Halloween is a favourite holiday for many children. But after the fun of trick or treating is over, how do we approach all the leftover sweets?
Involving children in managing their Halloween treats can actually be a great learning opportunity for them to regulate their own eating and support a healthy relationship with food. If children are given unlimited access to sweets from time to time, they are actually less likely to eat too many sugary foods in the long run.
- Let your child get excited, sort, and eat as much as they want on Halloween night and the next day.
- After the second day, ask your child to put the treats away and keep it to only sit-down meal and snack times. They can choose a couple of pieces at meals and as much as they want at snack. You offer structure and this teaches them to manage sweets with other foods they eat.
- If your child can follow these steps, they can be left in charge of the treats. Otherwise, follow step 2 until they can stick to the structure.
By following these steps, your child will still feel in control of their stash of candy and you will still be in control of what is offered at meals and snacks.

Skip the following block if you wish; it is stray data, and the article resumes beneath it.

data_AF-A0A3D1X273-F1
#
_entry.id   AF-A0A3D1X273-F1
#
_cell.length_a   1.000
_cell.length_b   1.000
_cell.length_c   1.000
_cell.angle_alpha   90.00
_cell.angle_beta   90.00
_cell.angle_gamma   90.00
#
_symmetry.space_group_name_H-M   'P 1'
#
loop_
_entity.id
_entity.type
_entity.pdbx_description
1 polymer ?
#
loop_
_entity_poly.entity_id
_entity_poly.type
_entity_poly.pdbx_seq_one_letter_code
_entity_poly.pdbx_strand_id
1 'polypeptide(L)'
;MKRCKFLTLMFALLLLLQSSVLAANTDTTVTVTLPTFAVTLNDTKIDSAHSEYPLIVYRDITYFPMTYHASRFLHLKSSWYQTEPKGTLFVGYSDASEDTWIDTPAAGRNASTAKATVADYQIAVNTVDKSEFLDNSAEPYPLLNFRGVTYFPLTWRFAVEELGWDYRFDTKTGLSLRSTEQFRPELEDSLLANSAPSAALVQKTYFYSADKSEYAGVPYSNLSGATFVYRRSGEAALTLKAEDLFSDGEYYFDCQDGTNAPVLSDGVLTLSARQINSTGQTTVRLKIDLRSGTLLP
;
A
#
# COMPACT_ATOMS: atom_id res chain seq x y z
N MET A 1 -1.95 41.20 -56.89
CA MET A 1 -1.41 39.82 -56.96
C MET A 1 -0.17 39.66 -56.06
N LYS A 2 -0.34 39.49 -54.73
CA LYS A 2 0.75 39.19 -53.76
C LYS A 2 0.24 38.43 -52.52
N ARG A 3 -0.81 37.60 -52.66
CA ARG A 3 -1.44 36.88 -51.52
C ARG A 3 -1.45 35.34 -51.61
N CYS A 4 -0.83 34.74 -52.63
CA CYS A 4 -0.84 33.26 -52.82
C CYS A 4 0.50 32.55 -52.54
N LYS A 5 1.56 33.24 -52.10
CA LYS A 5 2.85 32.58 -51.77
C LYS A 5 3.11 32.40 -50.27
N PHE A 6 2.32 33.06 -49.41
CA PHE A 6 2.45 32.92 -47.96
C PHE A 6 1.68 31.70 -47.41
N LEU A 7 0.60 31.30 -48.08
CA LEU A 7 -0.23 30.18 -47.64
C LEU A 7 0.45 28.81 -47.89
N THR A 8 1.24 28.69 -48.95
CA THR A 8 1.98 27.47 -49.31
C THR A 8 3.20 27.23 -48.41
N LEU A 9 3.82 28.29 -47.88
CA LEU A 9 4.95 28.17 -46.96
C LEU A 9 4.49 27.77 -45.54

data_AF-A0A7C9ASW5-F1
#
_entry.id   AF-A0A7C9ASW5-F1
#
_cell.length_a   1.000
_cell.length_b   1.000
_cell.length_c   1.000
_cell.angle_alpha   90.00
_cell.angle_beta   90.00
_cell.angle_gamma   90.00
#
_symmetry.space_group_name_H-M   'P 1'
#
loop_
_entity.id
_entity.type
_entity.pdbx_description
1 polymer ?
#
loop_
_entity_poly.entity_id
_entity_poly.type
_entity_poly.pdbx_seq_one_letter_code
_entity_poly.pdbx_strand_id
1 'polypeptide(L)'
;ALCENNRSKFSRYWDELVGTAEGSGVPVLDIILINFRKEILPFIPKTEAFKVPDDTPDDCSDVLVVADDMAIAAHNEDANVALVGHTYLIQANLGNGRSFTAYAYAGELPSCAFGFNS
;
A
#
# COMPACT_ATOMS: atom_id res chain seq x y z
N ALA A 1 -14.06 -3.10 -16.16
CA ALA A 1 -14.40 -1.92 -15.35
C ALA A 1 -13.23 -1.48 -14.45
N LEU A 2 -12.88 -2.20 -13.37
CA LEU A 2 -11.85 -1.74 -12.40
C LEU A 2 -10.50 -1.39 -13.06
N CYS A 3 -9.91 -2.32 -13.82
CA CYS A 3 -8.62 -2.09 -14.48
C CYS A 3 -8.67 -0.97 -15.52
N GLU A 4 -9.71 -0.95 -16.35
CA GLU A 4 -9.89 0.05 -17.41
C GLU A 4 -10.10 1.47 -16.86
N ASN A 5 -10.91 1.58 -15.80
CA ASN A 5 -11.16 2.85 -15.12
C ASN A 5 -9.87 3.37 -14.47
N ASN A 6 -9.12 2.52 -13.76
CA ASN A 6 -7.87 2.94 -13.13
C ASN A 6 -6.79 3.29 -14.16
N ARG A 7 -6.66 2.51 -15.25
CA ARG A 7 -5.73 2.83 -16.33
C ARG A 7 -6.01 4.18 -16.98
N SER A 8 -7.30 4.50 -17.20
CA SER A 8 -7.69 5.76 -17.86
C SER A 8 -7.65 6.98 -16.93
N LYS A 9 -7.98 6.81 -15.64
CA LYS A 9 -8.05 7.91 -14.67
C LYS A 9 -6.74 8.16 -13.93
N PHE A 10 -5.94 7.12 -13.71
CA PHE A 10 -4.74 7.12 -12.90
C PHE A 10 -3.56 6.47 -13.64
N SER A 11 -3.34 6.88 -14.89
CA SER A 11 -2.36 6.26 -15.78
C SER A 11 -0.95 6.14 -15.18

Offer regular meals and snacks, including dinner, before children go trick-or-treating.
At Halloween parties, include choices from the Canada Food Guide such as popcorn, roasted pumpkin seeds, fruit kabobs, and hot chocolate made with milk or fortified soy beverage.
With younger children, trick or treat at only a handful of houses.
Remind your child to brush with fluoride toothpaste twice a day.
Create a system where your child can choose to trade their treats for non-food items like fancy pencils, money, or swim passes.
To talk to a registered dietitian about specific questions about your child's nutrition, you can contact HealthLinkBC at 8-1-1 or email.
A portion of this has been adapted from Ellyn Satter's article, The sticky topic of Halloween candy.